String Quartet No. 8, Dmitri Shostakovich

by tacet

Dmitri Shostakovich is rare in the canon of the greats in that he is associated almost as much with politics as with his art. By 1960, having previously been denounced twice by Stalin’s regime for writing unpatriotic music, he was living in obscurity and was blackmailed into becoming a shackled “artist” producing watered-down, placatory works for the Party. Coupled with the death of his first wife and his increasingly suicidal state, the nihilistic tone of the work comes as little surprise.

It was in his chamber music, not his symphonies, that Shostakovich left his most heartfelt and personal musical testimonies and which therefore provide the real key to understanding the man. As one of the works written “for the desk drawer”, String Quartet No. 8 wears its heart on its sleeve, containing no empty sentimentalism like those found in the pages of his public works. Composed in only three days while the composer was visiting the ruined city of Dresden, the work almost lacks the energy to venture out of its own bleak landscape.

Almost every work of his is rich in self-quotation and coded messages. In a characteristically pessimistic move, Shostakovich wrote the work as a kind of musical autobiography, since the authorities had guaranteed that there would be no chance of anyone else being able to publish one. He quotes his own symphonies and chamber music as well as Russian folk tunes, creating a web of allusions which supports several conflicting readings, ranging from a memorial to the victims of fascism to an artist’s suicide note. In a poignant but not isolated gesture, all five movements are ceaselessly imprinted with the motif D – E flat – C – B (or, in the German nomenclature, D – S – C – H): a musical spelling of his own initials.

Along with the overriding tone of loss approaching insanity comes a note of retrospection. The self-conscious modeling of the work on the anguished late quartets of Beethoven adds a historical dimension to Shostakovich’s desperate attempt to be remembered as a great composer, while his labyrinthine narratives of polyphonic writing set the backward-looking musical techniques in an eerily dislocated context. His writing is broadly tonal, but ventures schizophrenically into more acerbic, dissonant territory, especially in the frenzied middle movements. The quartet begins and ends in a minor mode, drained of energy, which is intermittently undermined by the full range of the chromatic scale, contributing to the work’s uniquely unsettling emptiness. The work is incredibly compact and all five movements blend into each other, transforming the conventional movement structure into a dramatic stream of consciousness.

The ambiguity of meaning, coupled with the deep sense of isolation and regret, means that this music, resonating with bitter universal experience, transcends individual suffering to address all of human despair.

Below is a recording of String Quartet No. 8, accompanied by a brief listening guide.

The first movement opens with the four instruments stating the DSCH motif in a slow, breathless canon, before each retreats to the background, which itself becomes riddled with outbursts (0:36). The first point of any definition comes at the cadence at 0:50, before fading back into obscurity with a pensive, winding violin monody over a drone in the cello and viola; this itself is given a mournful, lamenting quality by the addition of a second violin at 1:59. At 3:03, hints of brightness melt back into dissonance in the same veiled texture as the opening, before the beginning is restated. A single note is taken up at 4:29 and we are propelled into the frenetic second movement, a march taken at a ridiculous pace, evoking the sound of anti-aircraft fire (spelt in an inversion of the composer’s name) at 4:47. At 5:26 a buildup strained to breaking point explodes into a huge, quasi-orchestral rendition of a Jewish Folk tune, quoted from the composer’s Piano Trio No. 2. The movement continues with relentless drive, exacerbating all previous sections, before unexpectedly cutting off.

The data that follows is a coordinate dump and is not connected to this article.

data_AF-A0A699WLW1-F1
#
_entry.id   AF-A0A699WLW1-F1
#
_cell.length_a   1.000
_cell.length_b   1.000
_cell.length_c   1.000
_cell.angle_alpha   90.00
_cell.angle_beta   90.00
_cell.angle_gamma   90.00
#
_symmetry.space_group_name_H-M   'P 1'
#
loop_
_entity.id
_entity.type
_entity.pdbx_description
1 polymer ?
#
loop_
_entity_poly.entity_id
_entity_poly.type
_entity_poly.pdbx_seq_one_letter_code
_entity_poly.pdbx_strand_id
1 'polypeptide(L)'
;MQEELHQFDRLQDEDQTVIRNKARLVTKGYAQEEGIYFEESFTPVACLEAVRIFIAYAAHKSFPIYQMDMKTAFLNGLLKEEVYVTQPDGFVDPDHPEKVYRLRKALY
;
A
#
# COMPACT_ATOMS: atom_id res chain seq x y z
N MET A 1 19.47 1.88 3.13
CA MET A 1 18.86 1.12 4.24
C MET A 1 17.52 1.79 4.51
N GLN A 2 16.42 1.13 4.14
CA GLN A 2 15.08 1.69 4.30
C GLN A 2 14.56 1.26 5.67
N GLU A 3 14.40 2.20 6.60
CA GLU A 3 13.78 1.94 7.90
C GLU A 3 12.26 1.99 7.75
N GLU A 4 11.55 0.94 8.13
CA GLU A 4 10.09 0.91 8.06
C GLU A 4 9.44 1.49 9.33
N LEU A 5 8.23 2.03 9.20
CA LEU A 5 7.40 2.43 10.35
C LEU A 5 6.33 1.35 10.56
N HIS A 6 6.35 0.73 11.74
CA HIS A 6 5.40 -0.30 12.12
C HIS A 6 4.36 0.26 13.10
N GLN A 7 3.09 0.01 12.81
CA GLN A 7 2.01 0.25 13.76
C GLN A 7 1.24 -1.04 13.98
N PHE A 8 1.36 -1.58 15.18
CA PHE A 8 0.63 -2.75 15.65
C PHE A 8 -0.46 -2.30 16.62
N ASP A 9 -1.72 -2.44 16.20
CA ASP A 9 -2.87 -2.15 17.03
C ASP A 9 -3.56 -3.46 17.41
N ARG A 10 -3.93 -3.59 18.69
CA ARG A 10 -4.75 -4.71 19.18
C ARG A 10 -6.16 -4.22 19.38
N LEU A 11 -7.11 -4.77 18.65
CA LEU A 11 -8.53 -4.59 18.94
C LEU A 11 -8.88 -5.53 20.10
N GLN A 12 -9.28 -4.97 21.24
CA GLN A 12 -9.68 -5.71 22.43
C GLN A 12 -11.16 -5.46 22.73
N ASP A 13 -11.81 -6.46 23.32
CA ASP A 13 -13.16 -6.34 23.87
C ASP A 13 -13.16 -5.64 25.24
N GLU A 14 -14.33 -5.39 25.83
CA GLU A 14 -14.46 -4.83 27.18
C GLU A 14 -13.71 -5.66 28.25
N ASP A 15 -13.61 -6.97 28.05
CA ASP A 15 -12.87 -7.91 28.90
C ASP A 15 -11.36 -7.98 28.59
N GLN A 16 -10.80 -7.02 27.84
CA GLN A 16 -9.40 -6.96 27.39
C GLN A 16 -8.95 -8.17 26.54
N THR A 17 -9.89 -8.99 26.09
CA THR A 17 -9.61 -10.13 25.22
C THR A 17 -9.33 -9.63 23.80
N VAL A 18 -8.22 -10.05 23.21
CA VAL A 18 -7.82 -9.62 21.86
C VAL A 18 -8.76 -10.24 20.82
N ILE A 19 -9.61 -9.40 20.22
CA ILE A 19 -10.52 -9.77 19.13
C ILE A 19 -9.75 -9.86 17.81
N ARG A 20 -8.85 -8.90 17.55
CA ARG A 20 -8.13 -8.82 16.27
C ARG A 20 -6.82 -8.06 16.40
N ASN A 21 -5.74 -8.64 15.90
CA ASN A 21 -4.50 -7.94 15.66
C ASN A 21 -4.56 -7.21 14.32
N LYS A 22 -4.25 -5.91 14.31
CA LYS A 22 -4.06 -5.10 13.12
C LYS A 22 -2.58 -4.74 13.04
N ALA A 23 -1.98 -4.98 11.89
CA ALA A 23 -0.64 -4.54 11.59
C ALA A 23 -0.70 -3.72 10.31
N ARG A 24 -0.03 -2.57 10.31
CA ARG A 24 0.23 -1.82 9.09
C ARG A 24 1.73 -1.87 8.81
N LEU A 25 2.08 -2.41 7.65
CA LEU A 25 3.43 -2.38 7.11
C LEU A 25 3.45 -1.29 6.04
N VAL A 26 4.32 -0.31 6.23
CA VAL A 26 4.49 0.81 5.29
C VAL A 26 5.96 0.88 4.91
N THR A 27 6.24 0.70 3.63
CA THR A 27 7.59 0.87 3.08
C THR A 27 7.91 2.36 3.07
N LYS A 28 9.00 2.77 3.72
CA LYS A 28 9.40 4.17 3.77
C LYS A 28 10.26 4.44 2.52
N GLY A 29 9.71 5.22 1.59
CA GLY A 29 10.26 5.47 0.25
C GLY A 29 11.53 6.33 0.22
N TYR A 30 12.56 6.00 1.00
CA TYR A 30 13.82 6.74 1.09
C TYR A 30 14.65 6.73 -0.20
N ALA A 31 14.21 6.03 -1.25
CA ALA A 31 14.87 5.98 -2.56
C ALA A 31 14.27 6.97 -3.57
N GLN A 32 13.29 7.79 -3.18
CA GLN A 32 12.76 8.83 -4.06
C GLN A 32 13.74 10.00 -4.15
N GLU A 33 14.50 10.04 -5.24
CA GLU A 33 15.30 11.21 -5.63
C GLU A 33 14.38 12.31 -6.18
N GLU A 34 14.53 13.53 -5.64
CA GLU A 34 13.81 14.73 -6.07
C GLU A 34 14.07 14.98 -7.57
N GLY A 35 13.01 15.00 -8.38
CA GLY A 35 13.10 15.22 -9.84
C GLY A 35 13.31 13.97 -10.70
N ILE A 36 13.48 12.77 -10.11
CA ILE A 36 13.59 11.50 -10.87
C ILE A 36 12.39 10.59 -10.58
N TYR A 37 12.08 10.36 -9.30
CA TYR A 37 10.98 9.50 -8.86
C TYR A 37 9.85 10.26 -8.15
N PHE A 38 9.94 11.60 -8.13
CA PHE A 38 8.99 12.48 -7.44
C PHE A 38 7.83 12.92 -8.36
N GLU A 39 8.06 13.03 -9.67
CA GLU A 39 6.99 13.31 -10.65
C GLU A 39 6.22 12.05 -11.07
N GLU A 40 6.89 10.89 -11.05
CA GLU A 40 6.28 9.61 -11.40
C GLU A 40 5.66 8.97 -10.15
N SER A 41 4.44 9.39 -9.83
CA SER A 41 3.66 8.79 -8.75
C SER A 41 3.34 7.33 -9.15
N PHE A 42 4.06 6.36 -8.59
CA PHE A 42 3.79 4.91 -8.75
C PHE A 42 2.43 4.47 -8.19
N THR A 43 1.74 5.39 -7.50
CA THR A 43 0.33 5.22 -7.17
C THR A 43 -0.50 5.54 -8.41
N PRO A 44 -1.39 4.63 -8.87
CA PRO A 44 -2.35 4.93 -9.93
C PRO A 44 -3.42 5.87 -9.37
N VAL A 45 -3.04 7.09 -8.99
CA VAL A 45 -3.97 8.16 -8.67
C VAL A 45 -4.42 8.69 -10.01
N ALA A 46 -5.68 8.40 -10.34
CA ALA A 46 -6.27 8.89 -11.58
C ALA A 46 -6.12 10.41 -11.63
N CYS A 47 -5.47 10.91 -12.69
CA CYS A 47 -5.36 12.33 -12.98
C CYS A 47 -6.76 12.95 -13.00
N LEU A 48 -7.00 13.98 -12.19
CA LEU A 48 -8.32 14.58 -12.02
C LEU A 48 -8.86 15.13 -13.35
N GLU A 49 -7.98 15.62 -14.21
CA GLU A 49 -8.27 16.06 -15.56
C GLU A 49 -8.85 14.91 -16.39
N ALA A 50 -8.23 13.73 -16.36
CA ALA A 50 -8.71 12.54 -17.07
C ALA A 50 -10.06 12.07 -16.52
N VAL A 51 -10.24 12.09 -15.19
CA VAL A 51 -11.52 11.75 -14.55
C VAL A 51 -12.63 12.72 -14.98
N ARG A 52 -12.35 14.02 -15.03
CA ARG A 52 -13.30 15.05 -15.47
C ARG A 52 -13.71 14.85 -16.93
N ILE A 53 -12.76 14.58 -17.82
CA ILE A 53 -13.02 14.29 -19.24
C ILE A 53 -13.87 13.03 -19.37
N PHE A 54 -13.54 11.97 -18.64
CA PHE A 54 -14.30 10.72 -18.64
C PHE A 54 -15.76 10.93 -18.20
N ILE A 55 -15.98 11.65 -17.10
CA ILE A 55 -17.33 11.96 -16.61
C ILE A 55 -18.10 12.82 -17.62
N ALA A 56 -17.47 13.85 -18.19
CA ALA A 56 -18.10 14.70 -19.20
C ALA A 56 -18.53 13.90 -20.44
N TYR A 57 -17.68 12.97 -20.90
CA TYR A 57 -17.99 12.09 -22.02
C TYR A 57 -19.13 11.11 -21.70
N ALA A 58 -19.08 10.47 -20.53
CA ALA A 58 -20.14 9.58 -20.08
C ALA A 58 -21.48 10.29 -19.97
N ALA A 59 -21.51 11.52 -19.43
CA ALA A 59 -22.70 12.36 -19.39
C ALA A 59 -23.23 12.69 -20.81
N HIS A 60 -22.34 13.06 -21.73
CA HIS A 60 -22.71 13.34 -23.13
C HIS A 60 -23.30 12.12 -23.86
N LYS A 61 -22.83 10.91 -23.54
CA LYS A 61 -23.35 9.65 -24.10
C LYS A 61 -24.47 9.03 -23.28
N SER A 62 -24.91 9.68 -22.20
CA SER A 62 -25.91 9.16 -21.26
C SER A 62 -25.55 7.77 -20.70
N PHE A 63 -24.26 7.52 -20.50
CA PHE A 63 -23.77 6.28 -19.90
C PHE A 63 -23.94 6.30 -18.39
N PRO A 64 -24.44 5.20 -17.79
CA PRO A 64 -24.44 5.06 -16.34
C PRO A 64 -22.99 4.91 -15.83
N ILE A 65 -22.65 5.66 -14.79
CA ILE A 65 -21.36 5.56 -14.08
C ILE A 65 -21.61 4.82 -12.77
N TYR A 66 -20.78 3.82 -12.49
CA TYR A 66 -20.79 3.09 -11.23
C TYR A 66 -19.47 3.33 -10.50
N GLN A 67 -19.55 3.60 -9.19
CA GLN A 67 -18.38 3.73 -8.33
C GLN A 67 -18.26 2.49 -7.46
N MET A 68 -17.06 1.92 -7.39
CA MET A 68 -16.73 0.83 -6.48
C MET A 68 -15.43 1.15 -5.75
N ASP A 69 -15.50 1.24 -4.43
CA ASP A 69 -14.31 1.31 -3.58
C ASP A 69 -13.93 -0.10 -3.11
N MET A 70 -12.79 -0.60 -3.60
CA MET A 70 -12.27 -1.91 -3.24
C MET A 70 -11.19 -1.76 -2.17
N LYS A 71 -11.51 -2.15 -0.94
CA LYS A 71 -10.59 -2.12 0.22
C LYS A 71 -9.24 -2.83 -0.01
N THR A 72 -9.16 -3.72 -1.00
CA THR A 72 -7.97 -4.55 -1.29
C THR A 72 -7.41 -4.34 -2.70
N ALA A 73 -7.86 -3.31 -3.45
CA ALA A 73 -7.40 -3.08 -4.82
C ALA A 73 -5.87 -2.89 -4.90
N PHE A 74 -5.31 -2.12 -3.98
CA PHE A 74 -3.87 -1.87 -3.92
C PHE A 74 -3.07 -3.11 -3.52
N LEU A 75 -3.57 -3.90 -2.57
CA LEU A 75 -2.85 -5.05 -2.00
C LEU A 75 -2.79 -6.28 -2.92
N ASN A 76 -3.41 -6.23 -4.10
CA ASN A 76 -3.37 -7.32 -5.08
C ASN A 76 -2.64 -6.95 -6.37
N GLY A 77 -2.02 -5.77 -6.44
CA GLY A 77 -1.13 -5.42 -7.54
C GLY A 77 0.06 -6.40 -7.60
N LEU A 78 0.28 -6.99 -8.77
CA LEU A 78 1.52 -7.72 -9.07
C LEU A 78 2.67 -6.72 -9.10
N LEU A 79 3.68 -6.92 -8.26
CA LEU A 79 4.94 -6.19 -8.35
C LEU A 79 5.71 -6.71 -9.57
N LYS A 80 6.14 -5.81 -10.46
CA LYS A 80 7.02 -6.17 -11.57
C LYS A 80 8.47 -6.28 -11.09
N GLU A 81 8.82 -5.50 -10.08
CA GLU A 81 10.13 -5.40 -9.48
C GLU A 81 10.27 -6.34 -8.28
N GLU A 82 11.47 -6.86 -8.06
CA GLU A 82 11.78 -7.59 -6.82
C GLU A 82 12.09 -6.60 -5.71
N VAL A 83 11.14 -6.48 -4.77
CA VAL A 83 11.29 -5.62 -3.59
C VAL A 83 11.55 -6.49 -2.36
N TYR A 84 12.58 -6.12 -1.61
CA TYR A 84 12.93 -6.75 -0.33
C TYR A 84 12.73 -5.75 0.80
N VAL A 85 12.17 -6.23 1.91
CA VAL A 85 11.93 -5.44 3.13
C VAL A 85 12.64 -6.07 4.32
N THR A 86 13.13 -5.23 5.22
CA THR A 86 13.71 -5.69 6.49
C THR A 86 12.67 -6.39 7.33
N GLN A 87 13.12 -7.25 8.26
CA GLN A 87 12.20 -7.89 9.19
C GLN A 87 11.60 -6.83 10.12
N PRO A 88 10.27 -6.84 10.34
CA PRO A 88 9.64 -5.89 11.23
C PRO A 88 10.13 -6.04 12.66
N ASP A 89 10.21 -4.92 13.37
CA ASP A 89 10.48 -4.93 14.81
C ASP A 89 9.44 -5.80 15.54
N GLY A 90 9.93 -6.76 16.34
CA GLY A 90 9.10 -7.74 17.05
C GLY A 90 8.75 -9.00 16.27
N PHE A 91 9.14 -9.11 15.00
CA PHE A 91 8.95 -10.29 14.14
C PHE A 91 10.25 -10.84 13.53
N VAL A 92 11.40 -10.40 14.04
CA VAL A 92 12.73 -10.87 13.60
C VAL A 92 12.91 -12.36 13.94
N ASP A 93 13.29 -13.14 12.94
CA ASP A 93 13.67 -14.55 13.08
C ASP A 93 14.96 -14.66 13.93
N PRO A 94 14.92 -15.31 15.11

The third movement is a parody of a waltz, punctuated by ill-timed silences (0:14). The instruments mock the simplicity of the harmonic structure of the dance with their own, grotesque version (0:48), breaking down into chaos before the viola confidently asserts its own march rhythm at 1:26. At 1:46 the violin and cello steal each other’s roles, with the former quoting the composer’s 1st Cello Concerto, before the latter plays an ethereal melody that should belong to the violin. At 2:33, the waltzing viola is forced to provide its own accompaniment, in a cruel transformation of the opening, before an unexpected recitative.

The fourth movement is defined by savagery, as the journey reaches its most desolate point. At 0:41 the viola and cello quote the revolutionary song ‘Tormented by Grievous Bondage’ in an intensely sinister manner. At 1:49 the two violins recall the moment of tenderness from the first movement, like two people comforting each other in adversity. A triumphalist finale would be misplaced in the midst of such suffering, so what we get instead at 4:47, realised with more agonising dissonances, is a disappearance back into the barren landscape of the first movement.

The above recording is by the Emerson Quartet whose magisterial cycle of the complete quartets is among the very finest. For a taste of genuine Soviet misery try the St Petersburg Quartet’s reading, available on DDD.

Shostakovich’s 5th and 7th Symphonies represent more public displays of defiance, showcased in a punchy, neo-Mahlerian symphonic style. Prokofiev’s caustic ‘War’ Sonatas for Piano (Nos. 6, 7 & 8) provide a similarly personal insight into political resistance.

Artwork: Babi Yar, Shalom Goldberg

by Joel Sandelson